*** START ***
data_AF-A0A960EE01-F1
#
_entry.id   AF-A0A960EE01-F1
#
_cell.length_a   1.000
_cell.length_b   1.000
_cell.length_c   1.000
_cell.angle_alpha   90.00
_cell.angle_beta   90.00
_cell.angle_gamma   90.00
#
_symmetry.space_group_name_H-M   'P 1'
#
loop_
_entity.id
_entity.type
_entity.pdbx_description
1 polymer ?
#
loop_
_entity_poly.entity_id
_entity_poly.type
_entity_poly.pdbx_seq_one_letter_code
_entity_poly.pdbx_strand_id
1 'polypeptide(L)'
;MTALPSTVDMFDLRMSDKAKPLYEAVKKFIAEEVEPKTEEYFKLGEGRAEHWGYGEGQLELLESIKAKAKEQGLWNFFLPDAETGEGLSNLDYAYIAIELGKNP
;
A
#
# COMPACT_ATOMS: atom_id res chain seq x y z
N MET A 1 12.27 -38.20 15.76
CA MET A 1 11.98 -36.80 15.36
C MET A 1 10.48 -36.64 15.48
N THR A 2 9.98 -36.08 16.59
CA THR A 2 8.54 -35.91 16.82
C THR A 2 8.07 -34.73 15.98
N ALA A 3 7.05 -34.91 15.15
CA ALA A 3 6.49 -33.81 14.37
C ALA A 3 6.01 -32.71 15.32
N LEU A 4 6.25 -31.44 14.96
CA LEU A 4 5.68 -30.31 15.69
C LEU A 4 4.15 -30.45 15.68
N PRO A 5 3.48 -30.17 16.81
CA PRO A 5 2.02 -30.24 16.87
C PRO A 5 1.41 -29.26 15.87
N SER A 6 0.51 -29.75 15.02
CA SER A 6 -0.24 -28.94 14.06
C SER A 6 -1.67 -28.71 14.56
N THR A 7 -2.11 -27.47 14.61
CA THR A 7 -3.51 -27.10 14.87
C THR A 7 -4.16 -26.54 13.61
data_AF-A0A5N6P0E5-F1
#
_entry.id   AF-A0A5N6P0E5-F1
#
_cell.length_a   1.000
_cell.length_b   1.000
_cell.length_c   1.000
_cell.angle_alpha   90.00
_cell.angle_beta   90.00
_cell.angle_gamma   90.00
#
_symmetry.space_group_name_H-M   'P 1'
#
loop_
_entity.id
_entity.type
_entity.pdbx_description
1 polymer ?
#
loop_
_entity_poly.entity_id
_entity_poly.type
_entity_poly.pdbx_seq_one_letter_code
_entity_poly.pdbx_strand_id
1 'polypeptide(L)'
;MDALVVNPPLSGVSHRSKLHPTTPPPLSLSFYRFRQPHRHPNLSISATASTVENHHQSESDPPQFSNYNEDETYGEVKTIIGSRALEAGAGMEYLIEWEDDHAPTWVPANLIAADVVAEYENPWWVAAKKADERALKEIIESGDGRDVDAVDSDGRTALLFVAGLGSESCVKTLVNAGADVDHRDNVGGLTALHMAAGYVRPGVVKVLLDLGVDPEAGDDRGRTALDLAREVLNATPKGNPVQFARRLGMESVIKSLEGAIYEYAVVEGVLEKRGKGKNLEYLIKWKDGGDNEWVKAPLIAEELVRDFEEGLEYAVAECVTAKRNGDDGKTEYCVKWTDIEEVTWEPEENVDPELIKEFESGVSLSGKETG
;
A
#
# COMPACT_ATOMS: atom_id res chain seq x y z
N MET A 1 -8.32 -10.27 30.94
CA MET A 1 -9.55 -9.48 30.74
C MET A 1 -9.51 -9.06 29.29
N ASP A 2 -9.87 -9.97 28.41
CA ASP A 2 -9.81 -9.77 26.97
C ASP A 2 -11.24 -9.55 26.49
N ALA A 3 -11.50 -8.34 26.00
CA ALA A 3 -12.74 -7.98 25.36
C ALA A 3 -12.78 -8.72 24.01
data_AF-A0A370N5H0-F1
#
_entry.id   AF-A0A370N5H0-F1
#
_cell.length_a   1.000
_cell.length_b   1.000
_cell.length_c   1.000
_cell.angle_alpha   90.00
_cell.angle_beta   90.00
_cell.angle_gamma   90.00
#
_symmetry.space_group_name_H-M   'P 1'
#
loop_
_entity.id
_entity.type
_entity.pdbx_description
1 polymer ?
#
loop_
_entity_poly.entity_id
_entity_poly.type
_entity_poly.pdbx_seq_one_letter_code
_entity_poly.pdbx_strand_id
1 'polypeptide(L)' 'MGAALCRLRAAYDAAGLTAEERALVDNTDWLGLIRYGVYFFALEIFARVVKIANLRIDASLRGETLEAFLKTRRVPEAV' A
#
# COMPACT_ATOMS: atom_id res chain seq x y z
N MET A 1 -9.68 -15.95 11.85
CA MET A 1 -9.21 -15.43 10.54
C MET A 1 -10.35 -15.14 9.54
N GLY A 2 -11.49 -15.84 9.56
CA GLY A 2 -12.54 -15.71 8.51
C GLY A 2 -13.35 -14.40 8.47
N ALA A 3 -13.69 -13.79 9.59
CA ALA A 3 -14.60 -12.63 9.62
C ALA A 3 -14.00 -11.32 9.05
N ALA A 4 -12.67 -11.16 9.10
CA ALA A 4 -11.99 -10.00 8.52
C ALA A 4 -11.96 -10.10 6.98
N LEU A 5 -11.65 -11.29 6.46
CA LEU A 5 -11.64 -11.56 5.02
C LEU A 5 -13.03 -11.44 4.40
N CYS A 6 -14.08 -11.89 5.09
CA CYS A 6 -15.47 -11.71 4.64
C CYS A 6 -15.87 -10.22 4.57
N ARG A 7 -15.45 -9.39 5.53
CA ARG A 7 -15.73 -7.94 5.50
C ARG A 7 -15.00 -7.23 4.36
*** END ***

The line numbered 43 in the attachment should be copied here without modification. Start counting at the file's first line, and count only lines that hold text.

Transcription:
N PRO A 5 3.48 -30.17 16.81